2012: In its publication of the results of the 2012 Cricket Committee Meeting, the ICC gave a more detailed account of its review of DRS. My detailed review of the ICC's decisions in its 2012 meeting is here. The gist of it is that the ICC Cricket Committee "re-iterated its view that, depending on the ability to finance the technology, that DRS should be implemented universally in Test and ODI cricket." (as the ICC's publication states), based on a provisional report by Rosten in which he reported on 14 specific instances from a single series. So once again, the ICC's Cricket Committee recommended universal implementation based on a review of only one of the two ball-tracking technologies.
While Rosten may have completed his work now and shown that ball tracking technology is robust, this is only a review of the ball tracking technology. DRS, as I have explained in detail before, consists of two equal parts - ball tracking, and a communications protocol. Cricinfo's response conveys the impression that the ICC Cricket Committee's recommendations were based on Rosten's research. They were not, since they were made before Rosten had completed his work. Further, I have shown that the quality of the review conducted by the Cricket Committee is questionable based on the ICC's account of it. This is important because the ICC's Cricket Committee is seen as this largely apolitical committee which does serious technical work. The late Tony Greig referred to them in his Cowdrey Lecture last year. He said that it was frustrating to the Cricket Committee to see its recommendations be rejected in higher committees. In Greig's words, it was "a sorry state of affairs and very frustrating for those who give so much time to getting things right.".
It is not clear that they do.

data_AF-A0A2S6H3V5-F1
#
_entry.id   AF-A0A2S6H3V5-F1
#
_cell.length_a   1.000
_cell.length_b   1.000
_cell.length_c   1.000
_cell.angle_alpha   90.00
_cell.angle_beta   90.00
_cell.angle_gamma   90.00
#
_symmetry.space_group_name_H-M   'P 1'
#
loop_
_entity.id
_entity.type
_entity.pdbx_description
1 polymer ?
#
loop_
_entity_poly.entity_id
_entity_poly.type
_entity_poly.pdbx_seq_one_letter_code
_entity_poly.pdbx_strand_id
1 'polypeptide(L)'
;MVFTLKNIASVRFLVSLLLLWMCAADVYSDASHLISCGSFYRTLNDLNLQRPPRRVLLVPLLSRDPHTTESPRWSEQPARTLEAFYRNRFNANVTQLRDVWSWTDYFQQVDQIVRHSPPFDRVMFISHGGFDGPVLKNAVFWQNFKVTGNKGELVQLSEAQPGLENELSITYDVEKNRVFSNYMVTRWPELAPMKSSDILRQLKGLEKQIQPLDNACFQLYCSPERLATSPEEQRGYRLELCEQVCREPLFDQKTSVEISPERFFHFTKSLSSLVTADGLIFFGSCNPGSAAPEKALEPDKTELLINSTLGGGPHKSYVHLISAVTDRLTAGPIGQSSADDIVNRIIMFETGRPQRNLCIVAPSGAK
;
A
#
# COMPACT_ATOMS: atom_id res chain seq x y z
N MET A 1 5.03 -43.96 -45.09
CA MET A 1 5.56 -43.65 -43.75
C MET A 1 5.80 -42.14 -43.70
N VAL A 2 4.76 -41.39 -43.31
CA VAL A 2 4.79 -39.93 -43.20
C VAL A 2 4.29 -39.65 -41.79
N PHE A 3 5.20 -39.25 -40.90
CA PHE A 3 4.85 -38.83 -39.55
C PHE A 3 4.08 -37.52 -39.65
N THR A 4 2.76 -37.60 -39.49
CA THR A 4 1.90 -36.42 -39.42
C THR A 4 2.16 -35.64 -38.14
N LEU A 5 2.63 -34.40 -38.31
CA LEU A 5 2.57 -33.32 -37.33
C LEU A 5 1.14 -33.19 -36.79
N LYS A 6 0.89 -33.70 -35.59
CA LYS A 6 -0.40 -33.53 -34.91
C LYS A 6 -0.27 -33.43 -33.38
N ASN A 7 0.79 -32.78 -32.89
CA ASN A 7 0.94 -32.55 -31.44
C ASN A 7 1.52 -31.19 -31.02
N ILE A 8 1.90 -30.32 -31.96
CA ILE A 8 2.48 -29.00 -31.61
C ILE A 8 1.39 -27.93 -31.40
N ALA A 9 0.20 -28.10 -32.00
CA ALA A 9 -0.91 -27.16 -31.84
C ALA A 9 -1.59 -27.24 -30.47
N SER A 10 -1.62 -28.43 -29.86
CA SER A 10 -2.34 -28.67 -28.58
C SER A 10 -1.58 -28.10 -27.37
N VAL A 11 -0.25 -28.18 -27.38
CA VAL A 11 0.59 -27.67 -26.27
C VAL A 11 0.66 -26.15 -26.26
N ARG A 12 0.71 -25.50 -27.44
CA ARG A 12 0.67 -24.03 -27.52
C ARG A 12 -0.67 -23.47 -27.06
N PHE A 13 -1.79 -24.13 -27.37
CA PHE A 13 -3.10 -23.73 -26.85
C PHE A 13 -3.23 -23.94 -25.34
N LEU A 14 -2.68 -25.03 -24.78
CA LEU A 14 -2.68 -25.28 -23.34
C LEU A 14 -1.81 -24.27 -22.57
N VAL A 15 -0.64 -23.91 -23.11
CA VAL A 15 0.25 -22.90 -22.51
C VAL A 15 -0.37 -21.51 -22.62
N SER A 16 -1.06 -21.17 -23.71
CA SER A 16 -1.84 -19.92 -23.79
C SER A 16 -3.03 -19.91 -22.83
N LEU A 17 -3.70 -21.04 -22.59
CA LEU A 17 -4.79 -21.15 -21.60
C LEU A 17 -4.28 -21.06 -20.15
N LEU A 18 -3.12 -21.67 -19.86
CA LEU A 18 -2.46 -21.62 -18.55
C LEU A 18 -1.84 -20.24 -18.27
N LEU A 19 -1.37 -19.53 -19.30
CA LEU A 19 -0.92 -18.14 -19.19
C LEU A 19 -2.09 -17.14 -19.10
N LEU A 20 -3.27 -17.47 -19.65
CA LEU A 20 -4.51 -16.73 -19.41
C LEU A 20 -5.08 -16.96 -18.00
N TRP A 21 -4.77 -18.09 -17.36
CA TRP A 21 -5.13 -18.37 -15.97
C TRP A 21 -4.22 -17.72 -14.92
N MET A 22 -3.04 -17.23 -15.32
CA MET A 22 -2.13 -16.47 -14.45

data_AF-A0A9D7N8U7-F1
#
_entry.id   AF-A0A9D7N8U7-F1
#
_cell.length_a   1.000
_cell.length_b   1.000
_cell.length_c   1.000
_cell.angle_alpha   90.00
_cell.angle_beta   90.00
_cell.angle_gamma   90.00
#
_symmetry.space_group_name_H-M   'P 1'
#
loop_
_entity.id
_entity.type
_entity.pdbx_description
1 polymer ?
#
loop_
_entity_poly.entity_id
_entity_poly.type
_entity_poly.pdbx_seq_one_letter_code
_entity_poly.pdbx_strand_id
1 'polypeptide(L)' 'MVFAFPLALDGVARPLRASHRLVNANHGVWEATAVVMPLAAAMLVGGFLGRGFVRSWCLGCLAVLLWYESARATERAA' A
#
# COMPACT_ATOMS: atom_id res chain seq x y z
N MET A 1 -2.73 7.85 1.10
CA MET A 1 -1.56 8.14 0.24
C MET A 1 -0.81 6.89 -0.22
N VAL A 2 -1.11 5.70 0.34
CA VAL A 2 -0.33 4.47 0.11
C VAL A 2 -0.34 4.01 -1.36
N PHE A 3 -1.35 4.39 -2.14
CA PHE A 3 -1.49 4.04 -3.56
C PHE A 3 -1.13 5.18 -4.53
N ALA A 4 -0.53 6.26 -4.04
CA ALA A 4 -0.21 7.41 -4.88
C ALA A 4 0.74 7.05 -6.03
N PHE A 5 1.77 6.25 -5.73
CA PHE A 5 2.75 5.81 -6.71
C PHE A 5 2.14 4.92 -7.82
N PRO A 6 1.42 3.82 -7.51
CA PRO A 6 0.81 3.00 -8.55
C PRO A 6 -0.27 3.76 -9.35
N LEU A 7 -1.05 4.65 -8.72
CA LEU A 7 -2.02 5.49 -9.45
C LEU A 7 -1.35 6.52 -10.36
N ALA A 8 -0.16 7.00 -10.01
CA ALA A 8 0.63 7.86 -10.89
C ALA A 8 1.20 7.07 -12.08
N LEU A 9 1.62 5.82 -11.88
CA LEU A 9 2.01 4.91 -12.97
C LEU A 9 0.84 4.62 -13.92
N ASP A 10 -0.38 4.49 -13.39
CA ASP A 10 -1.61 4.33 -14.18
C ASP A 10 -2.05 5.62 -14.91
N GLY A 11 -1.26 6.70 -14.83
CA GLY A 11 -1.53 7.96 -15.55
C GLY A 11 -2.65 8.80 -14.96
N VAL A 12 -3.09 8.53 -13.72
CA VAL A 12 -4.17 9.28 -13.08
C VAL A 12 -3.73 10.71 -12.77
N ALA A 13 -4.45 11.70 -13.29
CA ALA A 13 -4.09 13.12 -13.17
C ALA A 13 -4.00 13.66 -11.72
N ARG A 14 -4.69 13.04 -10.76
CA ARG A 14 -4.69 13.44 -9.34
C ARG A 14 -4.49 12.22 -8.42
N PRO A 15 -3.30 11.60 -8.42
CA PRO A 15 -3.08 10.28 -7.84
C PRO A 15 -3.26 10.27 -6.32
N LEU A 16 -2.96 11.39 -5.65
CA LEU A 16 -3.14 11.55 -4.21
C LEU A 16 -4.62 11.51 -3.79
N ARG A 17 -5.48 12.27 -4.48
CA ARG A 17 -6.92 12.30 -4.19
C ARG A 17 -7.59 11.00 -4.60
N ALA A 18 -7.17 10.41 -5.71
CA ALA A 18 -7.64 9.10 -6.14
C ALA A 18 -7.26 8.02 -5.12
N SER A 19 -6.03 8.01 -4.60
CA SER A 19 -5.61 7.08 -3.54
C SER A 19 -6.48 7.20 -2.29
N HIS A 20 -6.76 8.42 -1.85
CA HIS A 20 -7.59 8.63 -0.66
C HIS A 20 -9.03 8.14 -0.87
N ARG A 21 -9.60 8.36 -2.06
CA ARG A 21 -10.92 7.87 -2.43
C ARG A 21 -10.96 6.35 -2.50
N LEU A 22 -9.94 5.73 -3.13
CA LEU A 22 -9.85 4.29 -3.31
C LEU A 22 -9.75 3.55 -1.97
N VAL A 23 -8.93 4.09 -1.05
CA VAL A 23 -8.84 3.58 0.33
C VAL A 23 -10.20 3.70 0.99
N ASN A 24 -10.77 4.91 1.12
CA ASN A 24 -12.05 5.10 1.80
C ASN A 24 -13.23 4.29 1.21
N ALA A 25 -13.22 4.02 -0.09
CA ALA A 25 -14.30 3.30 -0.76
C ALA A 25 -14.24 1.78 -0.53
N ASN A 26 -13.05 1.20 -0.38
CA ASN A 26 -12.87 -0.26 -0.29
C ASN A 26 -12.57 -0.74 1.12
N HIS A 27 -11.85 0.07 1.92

Manthorp speculates that the removal of Tim May using ethically questionable methods (apparently at BCCI's instigation - he provides no evidence to support this) had to do with BCCI's opposition to DRS.
Why, you may reasonably ask, are Srinivasan and the BCCI so keen to get their man on the cricket committee? Apart from the obvious — it means yet more power and influence — perhaps there is another motive. Ask yourself which aspect of the game on the field currently annoys India the most, and the answer may be the umpire decision review system (DRS).
Sangakkara’s playing commitments mean he cannot dedicate sufficient time to his committee commitments. He has relied on May to harvest global player opinion.
If May is removed, Sivaramakrishnan may be able to tell the committee that "the players do not want DRS any more". And that could be that.Ravi Shastri, who famously got into an argument with Nasser Hussain about DRS, and has publicly opposed implementation of DRS before, has been a member of the ICC's Cricket Committee (pdf, see p 11) that made the unanimous recommendation in 2011 (by inference, he supported the 2011 recommendation) and a part of the committee that made the recommendation (its not clear if it was unanimous) in 2012 (pdf, see p 1.7).
There is reason to be cautious about Manthorp's speculation about motives for two reasons. First, it is not clear that the ICC's Cricket Committee has been doing rigorous work on DRS. Given the evidence it could be argued just as easily that the Cricket Committee has basically been rubber stamping what David Richardson has wanted. At the very least, the Committee's actions with respect to DRS reveal remarkable haste in reaching a particular recommendation without concern for showing that the recommendation is supported by evidence. Second, the BCCI is able to defeat DRS effectively in the higher committees, so it seems unnecessary to make new enemies for 1 solitary position on a 14 member board. After all, David Richardson has said that Anil Kumble may be amenable to persuasion as far as DRS goes.
Perhaps Kumble's first role should be to bring to serious rigor to the cricket committee's work. Thus far, the evidence suggests that at least in the case of DRS, Clive Lloyd's Cricket Committee was little more than a rubber stamp.